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A U G U S T   1 9 9 0

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by Stanley Plumly

Hear Stanley Plumly read this poem (in RealAudio).

(For help, see a note about the audio.)

Also by Stanley Plumly:
Naps (1998)
The Marriage in the Trees (1996)
Will Work for Food (1993)

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Pickerel have infinite, small bones, and skins
of glass and black ground glass, and though small for pike
are no less wall-eyed and their eyes like bone.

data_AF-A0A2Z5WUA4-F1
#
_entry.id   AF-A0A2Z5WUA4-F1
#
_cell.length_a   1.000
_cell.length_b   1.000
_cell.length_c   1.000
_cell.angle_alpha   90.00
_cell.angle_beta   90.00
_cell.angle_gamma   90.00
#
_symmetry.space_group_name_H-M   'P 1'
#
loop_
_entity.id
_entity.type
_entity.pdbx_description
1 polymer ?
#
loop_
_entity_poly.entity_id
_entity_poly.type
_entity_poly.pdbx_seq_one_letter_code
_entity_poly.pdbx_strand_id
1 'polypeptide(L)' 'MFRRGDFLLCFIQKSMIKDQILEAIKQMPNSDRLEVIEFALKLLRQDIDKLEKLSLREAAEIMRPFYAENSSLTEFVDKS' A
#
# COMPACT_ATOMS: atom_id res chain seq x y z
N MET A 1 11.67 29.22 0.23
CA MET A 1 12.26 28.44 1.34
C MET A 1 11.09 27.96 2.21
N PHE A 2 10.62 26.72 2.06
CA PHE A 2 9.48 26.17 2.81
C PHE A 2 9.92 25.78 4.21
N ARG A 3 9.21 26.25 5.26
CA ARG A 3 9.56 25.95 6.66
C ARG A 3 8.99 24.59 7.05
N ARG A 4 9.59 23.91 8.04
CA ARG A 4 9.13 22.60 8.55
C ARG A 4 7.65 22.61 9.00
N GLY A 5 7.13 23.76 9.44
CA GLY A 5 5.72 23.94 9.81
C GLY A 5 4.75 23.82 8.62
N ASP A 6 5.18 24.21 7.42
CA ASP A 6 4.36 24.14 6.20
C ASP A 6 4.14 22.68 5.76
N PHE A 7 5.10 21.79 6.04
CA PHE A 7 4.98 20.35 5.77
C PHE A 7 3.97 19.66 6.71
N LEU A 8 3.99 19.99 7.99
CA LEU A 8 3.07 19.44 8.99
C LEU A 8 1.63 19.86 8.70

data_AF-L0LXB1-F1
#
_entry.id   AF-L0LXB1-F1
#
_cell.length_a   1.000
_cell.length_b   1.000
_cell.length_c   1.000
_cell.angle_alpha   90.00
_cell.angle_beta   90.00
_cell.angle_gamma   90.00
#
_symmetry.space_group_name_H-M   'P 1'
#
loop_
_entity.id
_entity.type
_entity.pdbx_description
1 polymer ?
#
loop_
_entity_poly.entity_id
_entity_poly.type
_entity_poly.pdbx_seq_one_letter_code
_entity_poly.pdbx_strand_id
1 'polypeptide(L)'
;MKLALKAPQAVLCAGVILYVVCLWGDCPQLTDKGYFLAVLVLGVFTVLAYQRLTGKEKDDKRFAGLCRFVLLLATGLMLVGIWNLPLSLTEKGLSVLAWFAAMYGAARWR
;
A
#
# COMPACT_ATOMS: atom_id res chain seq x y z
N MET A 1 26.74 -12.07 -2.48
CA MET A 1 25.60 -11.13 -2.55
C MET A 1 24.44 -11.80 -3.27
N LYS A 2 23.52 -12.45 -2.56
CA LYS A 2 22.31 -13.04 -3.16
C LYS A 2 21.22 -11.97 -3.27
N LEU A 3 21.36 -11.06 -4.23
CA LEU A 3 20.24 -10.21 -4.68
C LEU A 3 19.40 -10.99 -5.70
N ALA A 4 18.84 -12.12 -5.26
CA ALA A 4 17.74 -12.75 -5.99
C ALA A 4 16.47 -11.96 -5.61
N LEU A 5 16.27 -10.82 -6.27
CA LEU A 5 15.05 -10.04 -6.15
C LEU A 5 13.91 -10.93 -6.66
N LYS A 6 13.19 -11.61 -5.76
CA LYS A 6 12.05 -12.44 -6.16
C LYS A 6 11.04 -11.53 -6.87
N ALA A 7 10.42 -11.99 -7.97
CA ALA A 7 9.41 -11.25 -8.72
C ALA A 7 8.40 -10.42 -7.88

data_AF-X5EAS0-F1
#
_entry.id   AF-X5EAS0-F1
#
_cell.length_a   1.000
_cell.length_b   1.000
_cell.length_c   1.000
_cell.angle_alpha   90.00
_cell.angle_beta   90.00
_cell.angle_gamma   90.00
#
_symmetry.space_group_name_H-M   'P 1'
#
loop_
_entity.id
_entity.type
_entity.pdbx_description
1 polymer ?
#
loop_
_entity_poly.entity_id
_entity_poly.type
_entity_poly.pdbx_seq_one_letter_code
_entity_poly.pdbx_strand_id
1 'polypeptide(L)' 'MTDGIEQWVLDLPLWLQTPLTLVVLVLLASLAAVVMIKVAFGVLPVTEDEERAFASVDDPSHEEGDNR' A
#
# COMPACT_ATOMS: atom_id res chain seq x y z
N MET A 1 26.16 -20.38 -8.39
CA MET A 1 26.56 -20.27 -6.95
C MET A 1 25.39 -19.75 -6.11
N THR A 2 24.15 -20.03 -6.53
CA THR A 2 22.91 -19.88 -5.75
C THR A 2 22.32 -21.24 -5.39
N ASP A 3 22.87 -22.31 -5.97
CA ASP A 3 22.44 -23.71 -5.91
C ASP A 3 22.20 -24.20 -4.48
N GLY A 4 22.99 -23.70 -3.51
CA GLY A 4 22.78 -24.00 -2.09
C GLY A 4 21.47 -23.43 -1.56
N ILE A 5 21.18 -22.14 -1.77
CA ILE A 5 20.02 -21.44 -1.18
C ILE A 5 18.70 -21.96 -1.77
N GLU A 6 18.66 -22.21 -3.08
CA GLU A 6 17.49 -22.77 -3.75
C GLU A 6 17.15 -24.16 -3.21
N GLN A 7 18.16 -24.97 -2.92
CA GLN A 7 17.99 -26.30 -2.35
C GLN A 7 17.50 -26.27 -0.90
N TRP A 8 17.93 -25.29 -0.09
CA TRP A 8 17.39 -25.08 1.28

Are fierce for their size, and when they flare
at the surface resemble drowning birds,
the wing-slick panic of birds, but in those
seconds out of water on the line,
when their color changes and they choose for life,
will try to cut you and take part of your hand
back with them. And yet they open like hands,
the sweet white meat more delicate in oil,
to be eaten off the fire when the sun
is level with the lake, the wind calm,
the air ice-blue, blue-black, and flecked with rain.

Copyright © 1990 by Stanley Plumly. All rights reserved.
The Atlantic Monthly; August 1990; In Answer to Amy's Question What's a Pickerel; Volume 266, No. 2; page 56.

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